Benjamin Netanyahu's visit to the Obama White House, the first such meeting since both men came to power, has been widely billed as a key indicator of the Obama administration's intentions in the realm of Mideast policy.
"What may be Israel's most intransigent government ever elected," The Economist suggested this week, "is scared stiff that an American administration may squeeze it until its pips squeak."
Fevered conjecture over the talks has tended to center on whether and how the prime minister will say aloud five of the world's most anemic magic words: two states for two peoples.
At the same time, even some of Netanyahu's more acerbic critics freely if ruefully concede that any Obama drive for a two-state solution has been sandbagged by the inability of the Palestinians to coalesce politically for the sake of that second state.
"The snag," continues The Economist in an editorial, "is that the two halves of the Palestinian movement are at daggers' drawn and have fluffed repeated opportunities to reconcile."
There is a lesson here for both sides, and it goes beyond what Barack Obama has in mind for them:
Over the years, Washington and the world have coddled both Israel and the Palestinians, whose behavior has come to resemble that of spoiled children.
Are they not deserving of sympathy? Of course they are. Never since the events of 1948 has the region seen a decade of such consistent violence, an extraordinarily high ratio of civilian casualties, and a universality of despair, as in the Second Intifada (2000-2004), the Second Lebanon War (2006) and the Gaza War (2008-9).
As with parents who become more and more indulgent the more clueless they realize they actually are -- and the more out of control their kids get -- Washington and the world have allowed Israel and the Palestinians to run off the rails in whatever direction they happen to see fit at the moment.
Why? For the same reason that bad parents spoil their children:
They're afraid of them.
For generations, both Israelis and Palestinians have been snowing their respective allies, who have been afraid, either electorally or physically, of being perceived as not loving them enough.
In the case of Israel, the White House has stood often on the sidelines, politically neutralized, as the Jewish state undertook initiatives, in particular, settlement construction, which have proven painfully costly, morally dubious, and otherwise harmful -- first of all, to Israel itself.
As the peace process unraveled in the late 1990s and then-prime minister Netanyahu burned through political capital in visits to Washington, senior Clinton administration Mideast official Aaron David Miller famously recalled that "all of us saw Bibi as a kind of speed bump that would have to be negotiated along the way until a new Israeli prime minister came along who was more serious about peace."
In Palestine's case that has yet to arise -- global donors who lavished hundreds of millions of dollars and euros in aid failed to require that the funds be spend on the needs of the needy, and the phantasmagoria of corruption that ensued led directly to the rise of Hamas, the crippling of Fatah, and the collapse of the peace process.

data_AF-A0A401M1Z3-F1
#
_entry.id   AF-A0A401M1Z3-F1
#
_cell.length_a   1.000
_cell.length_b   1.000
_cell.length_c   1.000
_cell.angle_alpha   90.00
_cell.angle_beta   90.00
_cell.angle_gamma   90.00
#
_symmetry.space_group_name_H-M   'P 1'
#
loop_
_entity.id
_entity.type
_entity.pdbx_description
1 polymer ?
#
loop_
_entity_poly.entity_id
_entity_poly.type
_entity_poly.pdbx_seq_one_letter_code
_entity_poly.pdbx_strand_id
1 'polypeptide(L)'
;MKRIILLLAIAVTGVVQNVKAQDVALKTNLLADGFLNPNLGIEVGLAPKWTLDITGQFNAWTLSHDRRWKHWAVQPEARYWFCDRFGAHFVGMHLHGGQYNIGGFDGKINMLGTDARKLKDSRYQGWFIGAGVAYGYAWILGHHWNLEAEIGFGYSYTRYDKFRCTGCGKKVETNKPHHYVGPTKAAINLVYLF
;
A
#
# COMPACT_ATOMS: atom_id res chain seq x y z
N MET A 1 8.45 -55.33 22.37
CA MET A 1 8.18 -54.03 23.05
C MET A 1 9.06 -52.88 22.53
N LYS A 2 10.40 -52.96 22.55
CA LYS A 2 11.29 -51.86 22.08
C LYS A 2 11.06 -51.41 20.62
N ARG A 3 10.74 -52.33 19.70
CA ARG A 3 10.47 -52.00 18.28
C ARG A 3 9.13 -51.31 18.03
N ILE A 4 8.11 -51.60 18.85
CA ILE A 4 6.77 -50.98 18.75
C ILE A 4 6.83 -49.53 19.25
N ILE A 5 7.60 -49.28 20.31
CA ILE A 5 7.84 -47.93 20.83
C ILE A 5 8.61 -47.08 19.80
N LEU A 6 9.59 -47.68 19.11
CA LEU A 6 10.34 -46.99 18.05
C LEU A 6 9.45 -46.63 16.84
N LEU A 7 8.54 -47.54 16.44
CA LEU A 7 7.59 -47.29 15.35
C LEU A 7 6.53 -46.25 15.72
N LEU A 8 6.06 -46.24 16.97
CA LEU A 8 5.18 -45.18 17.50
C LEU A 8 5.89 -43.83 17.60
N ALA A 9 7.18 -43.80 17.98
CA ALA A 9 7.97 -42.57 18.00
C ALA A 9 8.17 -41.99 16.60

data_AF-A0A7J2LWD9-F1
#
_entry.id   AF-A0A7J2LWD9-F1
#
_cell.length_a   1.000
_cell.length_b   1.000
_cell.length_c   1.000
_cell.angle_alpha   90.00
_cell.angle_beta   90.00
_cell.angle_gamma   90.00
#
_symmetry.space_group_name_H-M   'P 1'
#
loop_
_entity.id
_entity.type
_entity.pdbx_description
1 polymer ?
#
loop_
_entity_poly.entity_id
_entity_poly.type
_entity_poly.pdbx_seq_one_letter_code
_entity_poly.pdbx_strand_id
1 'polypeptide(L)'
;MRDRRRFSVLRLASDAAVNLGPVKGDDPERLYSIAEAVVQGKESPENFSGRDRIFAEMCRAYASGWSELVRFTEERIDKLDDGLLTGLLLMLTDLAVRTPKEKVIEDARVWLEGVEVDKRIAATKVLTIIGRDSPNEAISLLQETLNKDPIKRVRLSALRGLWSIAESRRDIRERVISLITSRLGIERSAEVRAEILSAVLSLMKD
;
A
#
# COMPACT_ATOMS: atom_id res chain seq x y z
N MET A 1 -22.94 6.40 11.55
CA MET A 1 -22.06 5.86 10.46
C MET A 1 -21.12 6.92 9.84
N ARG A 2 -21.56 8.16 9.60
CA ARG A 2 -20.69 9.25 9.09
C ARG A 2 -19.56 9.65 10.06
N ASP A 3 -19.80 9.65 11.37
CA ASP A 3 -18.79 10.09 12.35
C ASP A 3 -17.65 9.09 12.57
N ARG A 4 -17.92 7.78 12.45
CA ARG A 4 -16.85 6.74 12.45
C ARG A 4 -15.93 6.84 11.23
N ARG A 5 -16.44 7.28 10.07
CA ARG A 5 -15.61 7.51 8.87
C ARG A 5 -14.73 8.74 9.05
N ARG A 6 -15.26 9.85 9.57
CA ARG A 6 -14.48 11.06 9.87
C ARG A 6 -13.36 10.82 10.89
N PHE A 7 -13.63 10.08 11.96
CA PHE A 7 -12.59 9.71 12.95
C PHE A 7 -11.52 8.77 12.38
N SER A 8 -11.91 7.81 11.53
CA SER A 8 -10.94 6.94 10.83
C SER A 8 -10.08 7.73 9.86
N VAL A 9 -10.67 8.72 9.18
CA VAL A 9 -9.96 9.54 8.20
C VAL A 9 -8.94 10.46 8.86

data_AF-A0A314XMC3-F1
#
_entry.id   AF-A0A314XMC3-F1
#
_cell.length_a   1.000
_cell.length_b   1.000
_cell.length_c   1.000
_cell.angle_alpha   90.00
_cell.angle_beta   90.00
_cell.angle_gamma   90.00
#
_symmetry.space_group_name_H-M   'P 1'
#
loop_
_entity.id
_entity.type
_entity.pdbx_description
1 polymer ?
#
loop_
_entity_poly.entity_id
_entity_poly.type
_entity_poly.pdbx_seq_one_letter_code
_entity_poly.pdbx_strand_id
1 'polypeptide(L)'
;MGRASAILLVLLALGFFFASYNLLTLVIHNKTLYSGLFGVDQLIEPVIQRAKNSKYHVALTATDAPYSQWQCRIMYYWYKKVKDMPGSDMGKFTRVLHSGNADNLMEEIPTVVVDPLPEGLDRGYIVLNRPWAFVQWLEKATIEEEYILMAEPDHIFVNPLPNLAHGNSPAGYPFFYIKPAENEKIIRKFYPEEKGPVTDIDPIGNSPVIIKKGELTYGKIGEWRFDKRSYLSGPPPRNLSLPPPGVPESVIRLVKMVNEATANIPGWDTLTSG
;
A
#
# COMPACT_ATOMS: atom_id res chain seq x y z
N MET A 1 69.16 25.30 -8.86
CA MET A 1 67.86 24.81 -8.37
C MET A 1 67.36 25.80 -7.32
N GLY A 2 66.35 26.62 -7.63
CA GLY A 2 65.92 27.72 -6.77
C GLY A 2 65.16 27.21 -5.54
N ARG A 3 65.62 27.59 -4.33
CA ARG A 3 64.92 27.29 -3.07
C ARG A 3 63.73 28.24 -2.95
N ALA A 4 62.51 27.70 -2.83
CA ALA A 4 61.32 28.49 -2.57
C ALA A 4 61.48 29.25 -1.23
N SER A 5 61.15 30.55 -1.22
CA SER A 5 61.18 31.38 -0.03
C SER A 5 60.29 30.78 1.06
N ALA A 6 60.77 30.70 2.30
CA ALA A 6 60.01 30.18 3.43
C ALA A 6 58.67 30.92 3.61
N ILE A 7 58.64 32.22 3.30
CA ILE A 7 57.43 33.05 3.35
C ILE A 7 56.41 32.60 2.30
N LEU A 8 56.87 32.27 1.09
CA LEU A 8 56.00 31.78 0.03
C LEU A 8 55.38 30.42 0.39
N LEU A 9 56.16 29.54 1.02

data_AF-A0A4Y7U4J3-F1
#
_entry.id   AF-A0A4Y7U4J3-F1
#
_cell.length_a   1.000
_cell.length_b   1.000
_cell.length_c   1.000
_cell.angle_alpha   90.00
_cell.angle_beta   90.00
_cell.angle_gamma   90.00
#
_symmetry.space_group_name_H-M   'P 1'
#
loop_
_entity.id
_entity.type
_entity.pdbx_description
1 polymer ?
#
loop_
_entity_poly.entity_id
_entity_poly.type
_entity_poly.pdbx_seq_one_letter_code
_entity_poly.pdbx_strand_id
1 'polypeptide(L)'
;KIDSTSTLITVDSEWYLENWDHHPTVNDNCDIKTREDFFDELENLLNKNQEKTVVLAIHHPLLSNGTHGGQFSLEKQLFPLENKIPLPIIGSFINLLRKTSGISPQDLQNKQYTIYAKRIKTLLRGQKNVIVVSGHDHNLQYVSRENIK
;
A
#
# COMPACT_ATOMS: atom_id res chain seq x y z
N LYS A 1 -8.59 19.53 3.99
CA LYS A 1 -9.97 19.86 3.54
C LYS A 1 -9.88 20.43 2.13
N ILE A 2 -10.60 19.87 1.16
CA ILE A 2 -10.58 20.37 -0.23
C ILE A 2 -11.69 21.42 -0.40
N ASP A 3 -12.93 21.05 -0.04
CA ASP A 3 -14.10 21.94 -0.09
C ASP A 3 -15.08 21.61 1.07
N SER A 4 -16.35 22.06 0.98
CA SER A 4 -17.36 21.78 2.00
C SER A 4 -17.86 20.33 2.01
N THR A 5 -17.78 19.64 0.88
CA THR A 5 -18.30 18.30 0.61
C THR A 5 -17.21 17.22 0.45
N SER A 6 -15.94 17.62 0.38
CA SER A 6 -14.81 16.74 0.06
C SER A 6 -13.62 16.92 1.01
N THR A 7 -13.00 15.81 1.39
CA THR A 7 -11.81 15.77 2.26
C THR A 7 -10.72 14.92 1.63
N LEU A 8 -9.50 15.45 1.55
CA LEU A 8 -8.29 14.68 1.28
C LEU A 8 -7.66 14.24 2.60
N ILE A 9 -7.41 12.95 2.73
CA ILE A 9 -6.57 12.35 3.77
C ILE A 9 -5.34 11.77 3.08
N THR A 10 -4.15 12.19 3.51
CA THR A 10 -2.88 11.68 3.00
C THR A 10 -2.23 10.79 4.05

As in the case with spoiled children, as Israel and the Palestinians received more and more attention, they focused more completely on themselves, cataloguing, memorizing, publicizing and, frequently, exaggerating, every real and imagined injury, dismissing and ignoring damage and injustice done to the other.
Like spoiled children, hardliners on each sides spin a narrative in which the other side "started it," and bears sole responsibility for the entirety of the fighting which no one seems capable of stopping. Like brats, they have no room for another narrative, for someone else's distress, to feel remorse or extend sincere apologies to address wrongs they themselves have committed.
Like spoiled children, they have been treated all too often with excesses of sympathy and compensatory, largely unappreciated gifts, rather than the respect and honesty that would better have served them.
Like spoiled children, the hardliners demand to be allowed to continue whatever destructive behavior they choose, for the sake of fairness.
This behavior, in turn, engenders revulsion on the part of the neighbors (Israeli or Palestinian) who thus become favorably disposed -- or, at least, complicit -- when harsh punishments are heard being meted out in the neighboring household (air strikes, crippling aid embargos, rocket attacks).
The result, for Israel, has been an unaddressed clash with its own future, as the number of Arabs living in Israel and the West Bank continues to rise, and Gaza continues to seethe, with no solution remotely in sight.
The consequence, for Palestinians, has been the self-immolation of their movement for independent statehood, and, in blaming the occupation for all ills, an acquired, abject incapability to alter for the better a tragic present.
Small wonder, then, that this remains the most infuriating peace process in the world. For the present, you don't have far to look to see why the Obama administration may, in the end, decide instead to devote its energies to more promising pursuits.
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